“In Search of America” (and Santa Fe) – excerpt from a new book by Robert Wolf

Among its many virtues Santa Fe has always been a refuge for dreamers, eccentrics and artists. Some of these magnificent souls bring with them an unmistakable effervescence, a radiant and slightly skewed take on the world that reminds us of what a life of complete freedom, with both its rewards and its costs, looks like.
If there were a poster child for Santa Fe artistic eccentricity it would have to be Tommy Macaione (1907-1992). Old time Santa Feans remember Macaione wandering through the city, usually with a few of his beloved dogs with him, painting area landscapes, gardens and street scenes. He was instantly recognizable with his leonine head of hair and bushy beard making him look like a Renaissance artist who just happened to drop into the latter part of the 20th century.

Tommy Macaione statue by Mac Vaughan, Santa Fe

 Tommy Macaione statue by Mac Vaughan, Santa Fe
We got some insight into Macaione when the author, Robert Wolf, stopped by the gallery a few months ago to talk about his new book, In Search of America. Wolf met Macaione and other Santa Fe artists when he lived here and the new book includes accounts of that period.  In addition to Macaione, Wolf writes about artists including Alfred Morang, Harold West, Eli Levin and others.
We were so interested to hear some of these stories of Santa Fe that we are hosting a book signing for Mr. Wolf this month. In addition to Mr. Wolf’s appearance we’ll be showing some works by artists who appear in the book. The book signing and exhibition will take place Friday, October 16 from 5 to 7 pm at the gallery.
When Mr. Wolf was a student at St. John’s College he met Macaione and writes about the artist and other Santa Fe adventures in his new book, “In Search of America”. Following is an introductory comment and excerpt from the book by Mr. Wolf:

From the early 1960s through the early 1970s, I lived on and off in New Mexico. In February 1963, at age nineteen, I left an upper middle-class Connecticut home to rent an uninsulated shack in Duran for $10 a month, and stayed until late March. In 1965, I returned to New Mexico to enroll in St. John’s College. In Santa Fe, with my friends Mac and Alan, I began exploring the City Different. This excerpt from “In Search of America” recounts my first meetings with artist Tommy Macaione.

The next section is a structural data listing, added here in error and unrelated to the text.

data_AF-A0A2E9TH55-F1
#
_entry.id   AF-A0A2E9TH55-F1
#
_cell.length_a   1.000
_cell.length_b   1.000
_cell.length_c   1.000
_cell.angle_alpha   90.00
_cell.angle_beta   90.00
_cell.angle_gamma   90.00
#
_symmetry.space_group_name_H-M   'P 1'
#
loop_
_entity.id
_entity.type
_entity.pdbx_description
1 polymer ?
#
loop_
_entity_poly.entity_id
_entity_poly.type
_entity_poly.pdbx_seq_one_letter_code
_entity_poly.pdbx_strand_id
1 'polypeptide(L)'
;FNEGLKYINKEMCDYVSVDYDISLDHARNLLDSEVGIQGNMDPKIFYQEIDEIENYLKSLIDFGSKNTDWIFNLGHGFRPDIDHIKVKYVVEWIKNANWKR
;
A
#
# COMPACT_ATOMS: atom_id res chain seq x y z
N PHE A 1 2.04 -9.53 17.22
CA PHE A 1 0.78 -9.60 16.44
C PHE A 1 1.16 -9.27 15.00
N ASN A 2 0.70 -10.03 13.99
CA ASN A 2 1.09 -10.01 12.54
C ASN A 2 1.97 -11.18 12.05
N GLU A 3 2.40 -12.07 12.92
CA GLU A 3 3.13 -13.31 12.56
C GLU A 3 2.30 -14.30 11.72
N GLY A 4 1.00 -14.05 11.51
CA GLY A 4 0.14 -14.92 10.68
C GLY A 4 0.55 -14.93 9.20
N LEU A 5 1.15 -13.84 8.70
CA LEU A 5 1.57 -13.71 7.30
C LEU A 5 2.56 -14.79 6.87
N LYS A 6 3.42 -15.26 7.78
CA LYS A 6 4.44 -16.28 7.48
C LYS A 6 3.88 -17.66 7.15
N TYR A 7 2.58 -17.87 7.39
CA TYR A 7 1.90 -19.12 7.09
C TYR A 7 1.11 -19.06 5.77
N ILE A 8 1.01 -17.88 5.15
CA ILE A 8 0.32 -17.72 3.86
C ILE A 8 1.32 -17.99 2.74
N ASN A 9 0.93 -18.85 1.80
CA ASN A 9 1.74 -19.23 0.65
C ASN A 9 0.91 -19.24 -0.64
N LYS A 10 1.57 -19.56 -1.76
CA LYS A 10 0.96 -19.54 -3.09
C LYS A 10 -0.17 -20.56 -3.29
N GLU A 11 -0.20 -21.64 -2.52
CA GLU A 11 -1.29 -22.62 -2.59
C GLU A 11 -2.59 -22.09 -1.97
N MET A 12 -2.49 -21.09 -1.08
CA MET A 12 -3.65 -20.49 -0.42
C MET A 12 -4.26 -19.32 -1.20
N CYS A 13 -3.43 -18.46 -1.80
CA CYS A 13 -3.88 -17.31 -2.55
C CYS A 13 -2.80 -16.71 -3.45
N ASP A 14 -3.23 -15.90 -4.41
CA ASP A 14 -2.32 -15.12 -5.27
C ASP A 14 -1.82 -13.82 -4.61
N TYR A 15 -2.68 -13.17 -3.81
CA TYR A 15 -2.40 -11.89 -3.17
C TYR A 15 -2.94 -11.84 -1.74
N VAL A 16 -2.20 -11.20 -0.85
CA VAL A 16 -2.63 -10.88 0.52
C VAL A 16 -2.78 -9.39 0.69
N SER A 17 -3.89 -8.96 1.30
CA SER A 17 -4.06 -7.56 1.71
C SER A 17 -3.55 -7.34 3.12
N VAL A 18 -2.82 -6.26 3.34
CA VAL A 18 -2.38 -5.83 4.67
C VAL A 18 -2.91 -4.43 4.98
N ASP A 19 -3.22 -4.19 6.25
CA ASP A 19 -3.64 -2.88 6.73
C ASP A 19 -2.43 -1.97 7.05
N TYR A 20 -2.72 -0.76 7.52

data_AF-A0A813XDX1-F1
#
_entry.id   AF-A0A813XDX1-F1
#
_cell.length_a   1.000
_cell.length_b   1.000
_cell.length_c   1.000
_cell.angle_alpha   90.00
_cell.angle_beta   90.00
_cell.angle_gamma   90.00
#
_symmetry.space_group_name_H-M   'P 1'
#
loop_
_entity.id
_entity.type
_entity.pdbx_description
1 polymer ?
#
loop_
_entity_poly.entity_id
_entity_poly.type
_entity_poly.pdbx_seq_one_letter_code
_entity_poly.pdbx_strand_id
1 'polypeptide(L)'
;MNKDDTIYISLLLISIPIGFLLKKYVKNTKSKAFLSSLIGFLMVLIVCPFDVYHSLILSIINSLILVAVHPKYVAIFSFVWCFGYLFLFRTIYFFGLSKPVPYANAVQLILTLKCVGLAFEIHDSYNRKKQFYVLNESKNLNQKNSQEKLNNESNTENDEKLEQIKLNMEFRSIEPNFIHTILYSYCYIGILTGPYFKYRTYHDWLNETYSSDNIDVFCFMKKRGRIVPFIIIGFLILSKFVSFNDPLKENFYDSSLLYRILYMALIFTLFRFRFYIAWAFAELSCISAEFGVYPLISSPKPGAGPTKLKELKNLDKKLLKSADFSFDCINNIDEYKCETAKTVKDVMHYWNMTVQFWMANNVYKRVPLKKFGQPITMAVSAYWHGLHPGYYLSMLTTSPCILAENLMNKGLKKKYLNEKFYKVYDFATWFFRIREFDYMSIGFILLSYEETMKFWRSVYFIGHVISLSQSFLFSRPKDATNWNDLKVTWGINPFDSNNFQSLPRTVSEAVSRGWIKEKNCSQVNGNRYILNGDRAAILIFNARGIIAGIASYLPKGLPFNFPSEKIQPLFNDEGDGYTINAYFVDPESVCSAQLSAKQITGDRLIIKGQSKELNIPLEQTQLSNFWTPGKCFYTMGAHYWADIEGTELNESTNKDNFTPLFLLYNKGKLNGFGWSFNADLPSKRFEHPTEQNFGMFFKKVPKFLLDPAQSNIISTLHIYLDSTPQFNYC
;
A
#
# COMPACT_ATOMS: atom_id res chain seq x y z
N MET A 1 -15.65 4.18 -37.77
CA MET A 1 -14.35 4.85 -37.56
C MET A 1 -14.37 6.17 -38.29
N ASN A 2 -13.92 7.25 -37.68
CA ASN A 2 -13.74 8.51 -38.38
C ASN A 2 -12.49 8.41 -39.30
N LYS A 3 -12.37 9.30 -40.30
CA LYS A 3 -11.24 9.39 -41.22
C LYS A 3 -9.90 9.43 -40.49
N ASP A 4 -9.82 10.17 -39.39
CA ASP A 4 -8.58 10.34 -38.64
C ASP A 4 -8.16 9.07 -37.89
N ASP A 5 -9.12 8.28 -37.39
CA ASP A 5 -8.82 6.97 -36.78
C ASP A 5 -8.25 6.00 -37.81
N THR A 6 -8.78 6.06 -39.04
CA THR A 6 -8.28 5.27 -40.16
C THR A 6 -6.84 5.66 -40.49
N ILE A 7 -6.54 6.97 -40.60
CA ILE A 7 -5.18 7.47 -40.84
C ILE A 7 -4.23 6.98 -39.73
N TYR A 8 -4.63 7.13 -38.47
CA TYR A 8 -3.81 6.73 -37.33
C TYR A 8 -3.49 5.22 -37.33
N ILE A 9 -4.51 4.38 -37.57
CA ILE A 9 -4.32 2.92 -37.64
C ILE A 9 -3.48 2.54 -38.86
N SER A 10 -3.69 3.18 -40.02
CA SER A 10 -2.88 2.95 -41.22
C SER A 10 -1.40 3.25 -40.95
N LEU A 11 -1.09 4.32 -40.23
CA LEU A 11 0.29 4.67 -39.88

Santa Fe Winter Scene by Tommy Macaione
Santa Fe Winter Scene by Tommy Macaione

Winter snow was melting the afternoon Alan rushed into our dorm and announced to Mac and me that he had discovered a great painter. He sat down on the edge of Mac’s bed. “He’s as good as Van Gogh. You’ve got to see him.”
He drove us down the hill to Canyon Road and parked in front of a one-story stuccoed house. A hand-painted sign above the front door read:
PAINTINGS – Tommy Macaione—El Differente
El Differente had a painting propped in his window, an intense landscape reminiscent of Van Gogh.
We jumped out of the car. Alan knocked on the screen door and Tommy called, “Wait! Wait!” Moments later he pulled the door open, and through the screen said, “I can’t let you in yet. I can’t let my babies out.” He pushed his dogs aside with his feet, all the while talking loudly to them. We entered a tiny living room empty of furniture but stacked with paintings. The paintings were in various stages of completion. They were painted with thick daubs and streaks of color, wild profusions of emotion. But on one wall he hung two conventionally rendered paintings—one of a pair of flamenco dancers, another of a pipe and a bowl with fruit. “I hang those,” Tommy said, “so that people will know that I can paint like that, if that’s what they want.”
A stench filled the room. Tommy’s clothes were covered with dog hair. His bed was covered with dog hair, the sheets and cover balled together. Empty dog food cans with bits of decayed meat lay on the floor next to dog turds. There were wet spots and stains where his dogs had peed.
Tommy had the title “El Differente” legally affixed to his name. And different he was. He was in his mid-fifties with a long unkempt beard, hideous breath, and hair that shot out in all directions. He was missing several teeth; those he had were brown and yellow.
“I’m having a terrible time,” Tommy told us, “I’m STARVING. Things are worse, Alan. I passed out just the other day and the day before that, too, I’m so hungry. I haven’t enough to even feed my babies.”
His eyes watered and he spoke frantically, in a rush.
“We can help you out, Tommy,” Alan told him. “How about coming up to dinner this evening?”
“Boys, do you mean it?”
“Sure we do,” Alan said.
“I love you boys,” he said, grabbing Alan and hugging him. “Can you drive me downtown? Do you have time? I have to get some bones for my dogs, they’re starving. God would be very angry with me if I let them die.”
“Sure,” Alan said, “let’s get in the car.”
Tommy sat up front with Alan. His smell sickened me. Mac and I rolled down our windows but the rush of air could not eliminate his odor.
We drove to a grocery store where Tommy walked to the meat department and returned with large bags filled with bones and meat scraps. Meanwhile, I bought a box of spaghetti, several cans of tomato sauce, Italian sausage, two loaves of bread, and a can of soup.
“This ought to hold you for a while,” I told him.
He cried and hugged me.
I was happy for him and envious of his intensity and dedication and lack of inhibition, but his sentimentality embarrassed me.